Berkun reading group discussion

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MakingThingsHappen > Chapter 15: Discussion and Questions

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message 1: by Scott (new)

Scott Berkun | 86 comments Mod
Start here.


message 2: by Ravi (new)

Ravi Gangadat | 37 comments This is one of my favorite chapters in the book: end-game strategy. I learned about a number of tactics that can be used to manage end game and tools to use to drive projects to the finish line. My key takeaways in priority order

1. "At the project level, it's best to think of team productivity as a zero sum resource: if you require extraordinary efforts to meet a date, realize you are stealing those efforts from the early parts of the next phase." The recovery time for extraordinary efforts can take weeks or months. On one of my projects, it took me about two months to recover from it because I didn't take any time off. I've learned that when I push the team or myself hard, we need to take time off to recover. I didn't understand this until I tracked my own progress on back-to-back projects.

2. Defining exit criteria for each milestones upfront. I've been on so many projects where teams were arguing what constituted done for a milestone. The mistakes that I've seen are poorly written exit criteria's - "payments can be made by some credit cards" should be "payments can be made by Paypal, VISA, but not AMEX or MasterCard"

3. "Why hitting dates is like landing airplanes?" One of my challenges is to explain concepts to some of our engineers and users so they can understand my approach. Scott has done a terrific job with telling stories and providing visual metaphors to help me explain these topics. I've learned that explaining items in a story format helps communicate a compelling message.

4. Creating a measurement system for tracking project status. The danger with data occurs when we take it out of context in order to make decisions. One of the problems that I see with PM's, VP's, and other team members is to avoid having conversations by using data.

The only item that I would add to this chapter is to have a longer section on Rollout and Operations. There is an entire DevOps culture that is being embraced by many for rollout and operations. See more here - http://theagileadmin.com/what-is-devops/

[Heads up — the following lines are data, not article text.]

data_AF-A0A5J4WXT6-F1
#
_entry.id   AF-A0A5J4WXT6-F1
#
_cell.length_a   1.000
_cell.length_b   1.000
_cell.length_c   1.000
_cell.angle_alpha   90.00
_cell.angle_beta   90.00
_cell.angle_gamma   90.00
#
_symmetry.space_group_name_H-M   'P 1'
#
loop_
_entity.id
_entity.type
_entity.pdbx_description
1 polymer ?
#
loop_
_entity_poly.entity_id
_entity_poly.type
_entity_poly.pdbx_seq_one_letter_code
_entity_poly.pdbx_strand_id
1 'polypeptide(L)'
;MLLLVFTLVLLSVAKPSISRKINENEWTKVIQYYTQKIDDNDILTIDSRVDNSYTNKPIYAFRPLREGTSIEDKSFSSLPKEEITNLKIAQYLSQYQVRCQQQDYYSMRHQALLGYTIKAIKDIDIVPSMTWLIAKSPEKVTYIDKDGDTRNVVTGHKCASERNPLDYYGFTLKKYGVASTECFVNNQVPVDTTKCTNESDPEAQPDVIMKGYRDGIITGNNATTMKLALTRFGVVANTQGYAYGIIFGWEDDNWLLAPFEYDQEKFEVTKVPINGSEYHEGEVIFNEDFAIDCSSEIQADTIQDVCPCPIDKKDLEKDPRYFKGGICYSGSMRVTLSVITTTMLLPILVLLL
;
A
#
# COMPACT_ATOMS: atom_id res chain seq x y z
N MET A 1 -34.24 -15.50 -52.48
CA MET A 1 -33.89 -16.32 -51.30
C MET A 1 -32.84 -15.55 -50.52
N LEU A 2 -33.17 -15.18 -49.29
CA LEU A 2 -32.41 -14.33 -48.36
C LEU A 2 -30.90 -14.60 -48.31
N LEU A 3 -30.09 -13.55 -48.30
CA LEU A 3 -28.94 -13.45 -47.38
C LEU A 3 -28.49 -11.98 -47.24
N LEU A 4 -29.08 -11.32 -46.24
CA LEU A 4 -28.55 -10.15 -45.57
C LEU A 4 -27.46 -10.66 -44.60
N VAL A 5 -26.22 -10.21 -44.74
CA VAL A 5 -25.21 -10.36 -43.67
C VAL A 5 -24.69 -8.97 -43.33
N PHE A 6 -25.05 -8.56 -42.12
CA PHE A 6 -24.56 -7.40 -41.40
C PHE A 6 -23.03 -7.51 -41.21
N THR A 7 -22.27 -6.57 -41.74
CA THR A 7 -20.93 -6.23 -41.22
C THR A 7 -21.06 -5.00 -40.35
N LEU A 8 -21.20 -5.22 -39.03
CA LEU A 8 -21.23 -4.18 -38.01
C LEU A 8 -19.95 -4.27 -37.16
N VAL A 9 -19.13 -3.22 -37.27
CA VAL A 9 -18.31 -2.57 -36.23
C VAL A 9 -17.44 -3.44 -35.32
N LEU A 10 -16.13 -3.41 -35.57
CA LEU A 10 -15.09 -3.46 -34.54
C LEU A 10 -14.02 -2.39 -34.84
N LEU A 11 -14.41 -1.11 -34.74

message 3: by Scott (new)

Scott Berkun | 86 comments Mod
#2 is so tricky in practice. How much detail is enough? There's a lot of faith based beliefs about the answer, but generally it depends on the team, how much they're worked together, and how self-aware they are. There's no single answer. If I were making an airplane I'd want different exit criteria than a airplane iPhone game.

Data misuse is a rampant problem - I wrote about it here:
http://scottberkun.com/2013/danger-of...


message 4: by Shiran (new)

Shiran (gingi0) | 13 comments Another really great chapter. A few reactions;

* The term "war team" is great. It clicked immediately that the explanation was almost unnecessary. Having an intrepid group that decides on the shape of the project in the final stretch is extremely important. The war team provides rational assessment and strategy to mitigate all the thrashing and scrambling that can happen in the trenches.

* For me there's a very fine line between features and bugs. Features are planned, while bugs are not. More emphatically, bugs are features that failed to be planned. So in my projects, all features and bugs are tracked, managed, and prioritized almost identically within the same system (aside from a bug/feature tag). This helps us prepare for new milestones (e.g., bugs may expose new features that have yet to be implemented) and makes postmortem analytics of the project very straightforward.

* For many (mostly small) organizations, bug tracking is unfortunately the public face of project management. For the uninitiated it also represents a level of excess software bureaucracy ("why can't we just email bugs directly to the developers???"). I find that simpler tools that allow frictionless issue reporting (without requiring too many fields) to have better adoption by non-developers. I know the chapter recommends tracking various attributes, but incomplete bug reports are better than no report at all.


message 5: by Scott (new)

Scott Berkun | 86 comments Mod
Shiran: you're right about the features/bugs labels. It's arbitrary, but every team sorts out for themselves where the line is. It almost doesn't matter as long as there's a line everyone agrees on.

I was surprised when I worked at WordPress.com they didn't have many bug tracking tools, and the ones they had weren't used consistently. But to their advantage since they use continuous deployment the spin rate for finding issues and fixing them is generally fast (except of course for the issues no one wants to fix that don't quite rank high enough to be dealt with immediately).


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